(b. Sheffield, 28 Dec. 1932)
British; deputy leader of the Labour Party 1983–92; Baron (life peer) 1997 Roy Hattersley was born into a Labour political family—his mother was a major political figure in Sheffield and Lord Mayor in 1981. He was educated at Sheffield Grammar School and Hull University, a scholarship boy from a working-class home which expected him to do well. He had turned 40 before he learnt that his father was a lapsed Roman Catholic priest. After university he also became active in local Sheffield politics. In 1964 he won the safe parliamentary seat of Sparkbrook in the centre of Birmingham. The constituency had a large Asian membership and Hattersley was always interested in race and immigration issues. In these years he was on the right of the party and a supporter of Roy Jenkins.
In 1972 Harold Wilson appointed him as shadow Education Secretary, to replace Roy Jenkins, who had resigned over the party's decision to call for a referendum on Britain's membership of the European Community. Hattersley believed in greater equality, opposed private education, and was a strong advocate of comprehensive education (or the ending of selection on academic grounds), beliefs which he clung to all his life. He was too radical a figure for Harold Wilson who passed him over when a new Labour government was formed in 1974
Promotion to the Cabinet came in September 1976 when the new Prime Minister, James Callaghan, made him responsible for prices and consumer affairs. This was an important post because the Labour government depended on the co-operation of the trade unions for the success of its anti-inflation policy. Hattersley could not have realized that Labour's defeat in the 1979 election meant that his ministerial career was finished, at the age of 46. Between 1979 and 1983 the left were rampant in the Labour Party, now in opposition. He was a beleaguered figure as many of his political friends left to join the new Social Democratic Party (SDP) and he had little time for the new Labour leader Michael Foot or Labour's policies of unilateral defence, withdrawal from the EC, and more public ownership. Hattersley agreed with virtually all the policies of the SDP, but did not consider that sufficient reason to leave Labour. Almost inevitably, he was criticized as an opportunist.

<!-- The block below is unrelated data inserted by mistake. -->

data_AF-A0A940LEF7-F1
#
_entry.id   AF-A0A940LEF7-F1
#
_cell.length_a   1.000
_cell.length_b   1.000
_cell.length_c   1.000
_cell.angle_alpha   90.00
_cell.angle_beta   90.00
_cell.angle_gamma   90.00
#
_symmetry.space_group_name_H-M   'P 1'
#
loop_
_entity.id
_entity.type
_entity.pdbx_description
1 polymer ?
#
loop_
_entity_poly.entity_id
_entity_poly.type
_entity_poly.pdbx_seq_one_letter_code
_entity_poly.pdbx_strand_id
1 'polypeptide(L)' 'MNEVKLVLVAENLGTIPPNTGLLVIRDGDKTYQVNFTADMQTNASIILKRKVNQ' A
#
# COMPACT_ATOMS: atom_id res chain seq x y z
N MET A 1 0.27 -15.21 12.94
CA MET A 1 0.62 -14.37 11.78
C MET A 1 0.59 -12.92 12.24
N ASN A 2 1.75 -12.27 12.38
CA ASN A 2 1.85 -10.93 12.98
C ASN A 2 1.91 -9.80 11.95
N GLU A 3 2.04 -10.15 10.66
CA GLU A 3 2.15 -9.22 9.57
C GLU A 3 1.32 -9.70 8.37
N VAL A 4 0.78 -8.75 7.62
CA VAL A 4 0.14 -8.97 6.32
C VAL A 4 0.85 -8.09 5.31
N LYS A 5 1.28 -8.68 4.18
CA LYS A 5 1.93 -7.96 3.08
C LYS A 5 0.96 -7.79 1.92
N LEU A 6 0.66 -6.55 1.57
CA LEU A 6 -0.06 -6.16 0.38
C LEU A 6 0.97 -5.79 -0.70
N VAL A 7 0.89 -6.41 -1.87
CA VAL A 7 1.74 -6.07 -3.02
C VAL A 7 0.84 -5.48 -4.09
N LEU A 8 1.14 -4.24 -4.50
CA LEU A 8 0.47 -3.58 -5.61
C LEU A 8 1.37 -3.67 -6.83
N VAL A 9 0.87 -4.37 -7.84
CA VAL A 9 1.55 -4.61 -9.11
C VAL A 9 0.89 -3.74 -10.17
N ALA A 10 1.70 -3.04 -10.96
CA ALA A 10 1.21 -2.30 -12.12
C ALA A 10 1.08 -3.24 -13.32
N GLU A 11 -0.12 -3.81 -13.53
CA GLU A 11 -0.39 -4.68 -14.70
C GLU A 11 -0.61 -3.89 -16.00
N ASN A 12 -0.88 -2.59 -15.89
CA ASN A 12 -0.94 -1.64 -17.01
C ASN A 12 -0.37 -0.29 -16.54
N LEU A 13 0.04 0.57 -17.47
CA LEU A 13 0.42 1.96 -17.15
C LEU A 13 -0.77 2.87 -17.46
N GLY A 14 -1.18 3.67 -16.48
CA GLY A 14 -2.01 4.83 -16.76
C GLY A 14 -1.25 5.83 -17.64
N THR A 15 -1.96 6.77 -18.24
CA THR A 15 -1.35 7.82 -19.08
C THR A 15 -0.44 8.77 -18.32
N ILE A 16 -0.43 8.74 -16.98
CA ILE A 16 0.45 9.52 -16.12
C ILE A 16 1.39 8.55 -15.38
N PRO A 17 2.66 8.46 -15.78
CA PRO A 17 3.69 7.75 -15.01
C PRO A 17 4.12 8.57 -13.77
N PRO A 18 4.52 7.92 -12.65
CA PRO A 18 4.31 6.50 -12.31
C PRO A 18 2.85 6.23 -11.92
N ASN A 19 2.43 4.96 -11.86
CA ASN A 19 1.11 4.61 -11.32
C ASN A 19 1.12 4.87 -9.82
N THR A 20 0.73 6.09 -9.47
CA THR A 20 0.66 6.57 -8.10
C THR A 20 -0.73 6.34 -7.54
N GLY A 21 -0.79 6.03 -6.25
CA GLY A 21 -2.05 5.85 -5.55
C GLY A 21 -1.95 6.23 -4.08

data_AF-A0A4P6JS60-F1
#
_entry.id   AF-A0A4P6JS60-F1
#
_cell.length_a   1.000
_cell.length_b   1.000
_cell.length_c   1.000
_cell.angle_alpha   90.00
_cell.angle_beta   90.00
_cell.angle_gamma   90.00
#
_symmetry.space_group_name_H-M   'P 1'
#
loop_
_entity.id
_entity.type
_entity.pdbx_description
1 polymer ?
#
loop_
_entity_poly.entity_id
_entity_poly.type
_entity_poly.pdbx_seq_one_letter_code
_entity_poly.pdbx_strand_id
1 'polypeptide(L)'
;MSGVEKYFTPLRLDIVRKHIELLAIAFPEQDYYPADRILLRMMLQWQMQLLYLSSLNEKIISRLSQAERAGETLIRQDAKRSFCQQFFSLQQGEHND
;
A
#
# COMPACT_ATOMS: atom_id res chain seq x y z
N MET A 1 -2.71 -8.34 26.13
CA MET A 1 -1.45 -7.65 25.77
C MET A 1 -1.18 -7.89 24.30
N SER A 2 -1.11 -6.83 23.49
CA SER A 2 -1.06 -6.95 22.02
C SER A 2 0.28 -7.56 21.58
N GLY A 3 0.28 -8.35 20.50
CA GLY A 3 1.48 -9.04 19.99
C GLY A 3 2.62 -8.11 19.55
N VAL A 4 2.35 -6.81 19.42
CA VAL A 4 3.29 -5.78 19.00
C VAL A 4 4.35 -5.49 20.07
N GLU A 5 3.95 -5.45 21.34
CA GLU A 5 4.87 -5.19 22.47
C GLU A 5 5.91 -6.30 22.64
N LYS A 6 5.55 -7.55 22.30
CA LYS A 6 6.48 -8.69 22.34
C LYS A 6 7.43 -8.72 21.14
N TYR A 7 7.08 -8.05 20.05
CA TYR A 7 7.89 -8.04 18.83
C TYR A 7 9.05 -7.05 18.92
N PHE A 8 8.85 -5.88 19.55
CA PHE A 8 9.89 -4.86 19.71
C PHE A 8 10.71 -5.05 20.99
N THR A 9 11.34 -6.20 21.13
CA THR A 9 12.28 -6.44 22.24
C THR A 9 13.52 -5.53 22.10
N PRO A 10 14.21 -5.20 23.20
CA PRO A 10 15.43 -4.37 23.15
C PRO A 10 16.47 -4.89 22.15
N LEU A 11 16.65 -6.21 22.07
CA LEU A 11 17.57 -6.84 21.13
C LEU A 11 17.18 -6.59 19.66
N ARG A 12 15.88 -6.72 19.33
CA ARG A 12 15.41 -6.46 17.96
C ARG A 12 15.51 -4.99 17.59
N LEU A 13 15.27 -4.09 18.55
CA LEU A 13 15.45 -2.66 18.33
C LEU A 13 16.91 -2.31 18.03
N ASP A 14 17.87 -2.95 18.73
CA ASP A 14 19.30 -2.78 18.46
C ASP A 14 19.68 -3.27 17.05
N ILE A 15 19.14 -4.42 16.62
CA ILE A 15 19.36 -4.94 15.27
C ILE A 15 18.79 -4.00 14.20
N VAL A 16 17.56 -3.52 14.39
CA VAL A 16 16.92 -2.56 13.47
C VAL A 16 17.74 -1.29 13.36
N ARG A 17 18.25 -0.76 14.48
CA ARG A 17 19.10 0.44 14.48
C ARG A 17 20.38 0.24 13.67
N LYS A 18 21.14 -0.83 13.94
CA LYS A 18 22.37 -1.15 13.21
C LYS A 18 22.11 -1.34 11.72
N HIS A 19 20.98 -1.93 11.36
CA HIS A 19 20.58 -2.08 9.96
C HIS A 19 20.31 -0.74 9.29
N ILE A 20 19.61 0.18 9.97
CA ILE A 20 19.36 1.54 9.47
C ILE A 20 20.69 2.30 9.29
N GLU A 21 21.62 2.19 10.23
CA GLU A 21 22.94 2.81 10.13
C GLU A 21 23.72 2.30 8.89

In 1983 he stood for the leadership, was easily defeated by Neil Kinnock, but elected to the post of deputy leader which he held until 1992. Between 1983 and 1987 he was the party's shadow Chancellor of the Exchequer, a post in which he did not make a mark. In the 1987 parliament he moved to be the shadow Home Secretary, a post more to his liking. By now he was the senior figure in the shadow Cabinet. He was not close to Kinnock and there was a certain wariness in their relations. But the two worked to get the party to drop a number of its left-wing policies and helped to bring Labour back into the mainstream. Some reformers in the party were disappointed that Hattersley did not embrace more enthusiastically the cause of constitutional and, particularly, electoral reform. After the party's fourth successive election defeat in 1992 he decided to stand down from the deputy leadership and become a backbencher again. Under the leadership of Tony Blair, Labour moved further to the middle ground, provoking criticism from Hattersley that it was ceasing to present itself as the party of redistribution and equality. He continued his criticism of Blair's policies after standing down as an MP in 1997 and becoming a member of the House of Lords.